Rie Munoz was born in Van Nuys, California in 1921. She grew up in Holland and the USA. She was a member of the Woman’s Army Corps Special Services in 1944 and stationed in Germany during WWII.
While living in California in 1950, she decided to plan a trip. She looked at a map, drew a line to the farthest point and most interesting place she could afford on her shoestring budget. Rie choose Alaska, traveling up the inside passage by steamship. She immediately fell in Juneau and gave herself one day-until the ship was scheduled to depart- to find a job and a place to live. Rie found both and Alaska became her home.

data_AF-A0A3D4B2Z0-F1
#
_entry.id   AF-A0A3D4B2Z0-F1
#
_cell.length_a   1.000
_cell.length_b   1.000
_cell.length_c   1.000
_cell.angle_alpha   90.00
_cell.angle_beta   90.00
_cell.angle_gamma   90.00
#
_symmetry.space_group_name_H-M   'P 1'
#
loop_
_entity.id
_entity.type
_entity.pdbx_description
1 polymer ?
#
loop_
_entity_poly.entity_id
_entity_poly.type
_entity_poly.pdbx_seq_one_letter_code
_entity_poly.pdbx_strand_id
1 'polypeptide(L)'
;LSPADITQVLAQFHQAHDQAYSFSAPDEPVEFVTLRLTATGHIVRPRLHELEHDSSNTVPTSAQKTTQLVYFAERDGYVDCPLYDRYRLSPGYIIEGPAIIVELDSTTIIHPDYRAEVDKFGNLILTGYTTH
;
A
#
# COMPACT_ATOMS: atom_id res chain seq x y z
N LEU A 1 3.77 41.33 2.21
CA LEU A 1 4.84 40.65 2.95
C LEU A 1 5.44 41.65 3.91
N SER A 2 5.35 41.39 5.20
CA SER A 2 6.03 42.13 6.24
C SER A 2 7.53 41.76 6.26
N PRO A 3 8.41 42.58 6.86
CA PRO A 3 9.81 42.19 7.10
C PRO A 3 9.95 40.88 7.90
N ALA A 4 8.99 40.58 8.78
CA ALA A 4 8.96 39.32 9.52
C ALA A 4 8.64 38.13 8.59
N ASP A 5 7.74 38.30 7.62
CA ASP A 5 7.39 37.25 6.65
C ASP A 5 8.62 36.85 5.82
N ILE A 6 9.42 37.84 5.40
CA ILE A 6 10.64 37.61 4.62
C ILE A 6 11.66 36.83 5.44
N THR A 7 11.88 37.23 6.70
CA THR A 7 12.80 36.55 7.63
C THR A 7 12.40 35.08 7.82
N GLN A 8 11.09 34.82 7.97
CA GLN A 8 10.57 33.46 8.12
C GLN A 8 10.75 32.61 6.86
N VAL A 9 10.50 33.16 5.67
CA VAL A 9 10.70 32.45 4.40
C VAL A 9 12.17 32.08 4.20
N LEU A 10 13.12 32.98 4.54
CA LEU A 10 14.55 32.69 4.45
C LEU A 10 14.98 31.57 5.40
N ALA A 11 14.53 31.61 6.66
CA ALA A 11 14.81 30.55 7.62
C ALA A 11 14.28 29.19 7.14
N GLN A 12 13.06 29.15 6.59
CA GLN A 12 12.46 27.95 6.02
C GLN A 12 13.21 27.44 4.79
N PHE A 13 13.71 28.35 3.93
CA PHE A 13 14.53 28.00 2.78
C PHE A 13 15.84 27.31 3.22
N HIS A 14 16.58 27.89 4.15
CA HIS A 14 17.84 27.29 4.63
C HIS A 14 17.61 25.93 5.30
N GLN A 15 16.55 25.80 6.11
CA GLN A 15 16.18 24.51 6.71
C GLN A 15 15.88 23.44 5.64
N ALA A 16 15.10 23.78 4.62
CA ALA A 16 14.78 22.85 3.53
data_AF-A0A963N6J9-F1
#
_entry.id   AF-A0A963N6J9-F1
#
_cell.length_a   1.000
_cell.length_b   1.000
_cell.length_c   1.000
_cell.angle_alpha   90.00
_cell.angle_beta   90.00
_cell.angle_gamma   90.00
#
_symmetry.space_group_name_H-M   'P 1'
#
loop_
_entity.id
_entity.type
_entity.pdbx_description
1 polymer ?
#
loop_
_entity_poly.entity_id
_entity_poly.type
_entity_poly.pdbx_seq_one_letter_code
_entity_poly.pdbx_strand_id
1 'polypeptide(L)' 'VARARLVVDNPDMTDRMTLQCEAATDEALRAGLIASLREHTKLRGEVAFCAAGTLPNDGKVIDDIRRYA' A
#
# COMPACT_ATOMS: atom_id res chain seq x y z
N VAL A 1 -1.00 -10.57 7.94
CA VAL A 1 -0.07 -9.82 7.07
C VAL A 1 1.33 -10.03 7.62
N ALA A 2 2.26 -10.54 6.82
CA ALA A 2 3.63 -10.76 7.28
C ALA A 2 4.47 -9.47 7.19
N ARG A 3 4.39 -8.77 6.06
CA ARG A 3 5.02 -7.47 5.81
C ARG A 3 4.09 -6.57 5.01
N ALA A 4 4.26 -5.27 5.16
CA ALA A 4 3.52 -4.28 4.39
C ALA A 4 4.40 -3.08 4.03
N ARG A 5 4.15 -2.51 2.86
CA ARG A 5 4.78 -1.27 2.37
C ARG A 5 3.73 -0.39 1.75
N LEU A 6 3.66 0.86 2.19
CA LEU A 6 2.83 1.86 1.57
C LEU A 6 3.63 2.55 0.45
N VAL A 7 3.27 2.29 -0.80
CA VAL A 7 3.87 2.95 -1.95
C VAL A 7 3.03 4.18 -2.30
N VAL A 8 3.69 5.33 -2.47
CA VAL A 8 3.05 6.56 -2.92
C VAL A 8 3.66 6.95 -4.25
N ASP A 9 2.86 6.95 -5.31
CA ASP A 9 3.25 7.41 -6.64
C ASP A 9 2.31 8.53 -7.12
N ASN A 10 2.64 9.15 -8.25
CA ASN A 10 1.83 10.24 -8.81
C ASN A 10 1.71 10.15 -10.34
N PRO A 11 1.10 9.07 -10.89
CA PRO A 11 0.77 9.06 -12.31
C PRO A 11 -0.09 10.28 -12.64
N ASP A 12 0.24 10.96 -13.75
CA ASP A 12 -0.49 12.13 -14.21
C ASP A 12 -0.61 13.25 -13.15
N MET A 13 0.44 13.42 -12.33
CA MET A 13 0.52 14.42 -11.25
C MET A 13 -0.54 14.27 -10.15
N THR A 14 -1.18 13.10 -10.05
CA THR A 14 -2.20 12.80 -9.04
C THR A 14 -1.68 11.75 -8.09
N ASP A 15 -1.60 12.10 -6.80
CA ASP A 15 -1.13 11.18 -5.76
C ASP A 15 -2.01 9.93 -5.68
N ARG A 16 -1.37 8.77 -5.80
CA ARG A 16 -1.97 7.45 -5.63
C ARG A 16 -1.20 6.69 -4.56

Throughout her life, Rie held many jobs; among them journalist, teacher, museum curator, artist and mother. One of her most memorable positions was on King Island in 1951, where she taught 25 Inupiaq children. King Island inspired many of her paintings.
Rie’s work and world of art is one of animated movement. You’ll find ducks bobbing on water, boats tied up at docks or on Alaskan rivers, fishermen tending to their nets, children at play, villagers picking berries, village life, and dogs. Rie once said she never met a dog she didn’t like. Her work is suggestive of actual life and her colors are bright, bringing the viewer much delight.
Rie Munoz passed on April 6, 2015. She will be dearly missed by all who loved her and her art. 17 1/2" x 24 1/2"